Add the Docker stable repository to apt sources, remember to replace the architecture and name of the distribution with your own –
sudo add-apt-repository "deb [arch=amd64] https://download.docker.com/linux/ubuntu bionic stable"
Now again run the apt update command –
sudo apt-get update
And install the Docker CE in your system by using the following command –
sudo apt-get install docker-ce
Now verify the installation by using –
Using Docker Commands
The syntax of docker command is given below –
docker [options] [command] [arguments]
To see the available options and commands that can be used with docker. Use the following command in your terminal –
Download and use a Docker image
Docker image is an immutable file that is essentially a snapshot of a container. Images are created with build command, and they produce a container when started with the run command. Docker pulls these images from the docker hub. Docker hub maintains a registry because an image can become quite large, these are designed to be composed of other images, allowing a minimal amount of data to be sent when transferring images over the network.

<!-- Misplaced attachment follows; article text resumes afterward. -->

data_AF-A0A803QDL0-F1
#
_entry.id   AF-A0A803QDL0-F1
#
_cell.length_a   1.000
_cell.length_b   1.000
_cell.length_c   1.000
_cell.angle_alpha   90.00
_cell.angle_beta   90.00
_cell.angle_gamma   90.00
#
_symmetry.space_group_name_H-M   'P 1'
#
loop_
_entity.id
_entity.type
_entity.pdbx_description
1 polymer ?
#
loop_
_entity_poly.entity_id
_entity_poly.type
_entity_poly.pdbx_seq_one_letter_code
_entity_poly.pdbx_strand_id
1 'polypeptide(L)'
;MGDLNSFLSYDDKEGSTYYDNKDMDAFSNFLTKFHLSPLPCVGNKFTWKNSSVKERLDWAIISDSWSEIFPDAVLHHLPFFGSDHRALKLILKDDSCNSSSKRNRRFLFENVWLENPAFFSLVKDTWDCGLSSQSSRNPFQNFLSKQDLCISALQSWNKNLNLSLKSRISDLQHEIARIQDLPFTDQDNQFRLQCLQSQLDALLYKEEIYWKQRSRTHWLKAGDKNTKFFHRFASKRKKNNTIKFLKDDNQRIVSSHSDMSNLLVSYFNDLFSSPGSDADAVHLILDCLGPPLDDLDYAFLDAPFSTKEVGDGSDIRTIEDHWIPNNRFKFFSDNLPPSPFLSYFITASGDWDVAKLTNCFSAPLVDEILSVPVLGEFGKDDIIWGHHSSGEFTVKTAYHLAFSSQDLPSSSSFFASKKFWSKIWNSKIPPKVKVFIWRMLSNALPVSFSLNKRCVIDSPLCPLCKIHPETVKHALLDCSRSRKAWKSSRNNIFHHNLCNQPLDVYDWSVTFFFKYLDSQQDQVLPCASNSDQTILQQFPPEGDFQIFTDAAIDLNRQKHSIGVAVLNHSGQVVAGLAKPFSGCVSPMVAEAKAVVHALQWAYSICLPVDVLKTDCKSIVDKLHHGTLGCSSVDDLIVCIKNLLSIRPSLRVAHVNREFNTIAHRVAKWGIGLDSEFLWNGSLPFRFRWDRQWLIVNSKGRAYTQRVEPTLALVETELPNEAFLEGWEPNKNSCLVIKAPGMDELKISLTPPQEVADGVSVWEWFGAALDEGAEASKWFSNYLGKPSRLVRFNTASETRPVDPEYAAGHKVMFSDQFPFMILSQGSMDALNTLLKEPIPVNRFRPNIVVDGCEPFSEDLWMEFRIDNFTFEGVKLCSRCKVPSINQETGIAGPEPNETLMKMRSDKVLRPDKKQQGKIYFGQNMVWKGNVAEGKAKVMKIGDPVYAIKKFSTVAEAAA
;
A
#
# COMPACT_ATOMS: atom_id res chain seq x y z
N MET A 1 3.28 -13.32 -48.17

To download an image from docker hub use the following command –
sudo docker pull ubuntu
Display the list of local images use the following command –
sudo docker images
To search an image you can use the following command –
sudo docker search image_name
For example –
sudo docker search ubuntu
Running a Docker Container
For using a docker container first download an image and then execute the following command –
sudo docker run -ti ubuntu bash
To display running containers use –
sudo docker ps
-a option to display all the containers –
sudo docker ps -a
Start a container in interactive mode with –
sudo docker start -i container_name_or_ID
To stop a container use the given command-
sudo docker stop container-ID
Remove a container if it is no longer needed –
sudo docker rm container_id_or_name
Committing changes to a container
When you create, modify, or delete a file or install a package in a container. The changes apply to that container you can start or stop it but if you destroy it using
docker rm command the changes will be lost. You can save the state of a container as a new docker image this will keeps the changes made by you. Suppose we installed Nginx server on existing ubuntu container now to save the state of this container as a new docker image we will use the following command –
docker commit -m "description of image" -a "Author Name" container_id repository/new_image_name
For example –
docker commit -m "Ubuntu with Nginx installed" -a "lalit" 35b25c1729bf ubuntu-nginx
-m is for commit message and
-a is used to specify the author.
Now again execute the following run to display the list of docker images –
sudo docker images
here you can see the created image is saved with the name
In this article, you understand the docker and its uses now if you are intended to know more about it you can follow the official documentation of docker.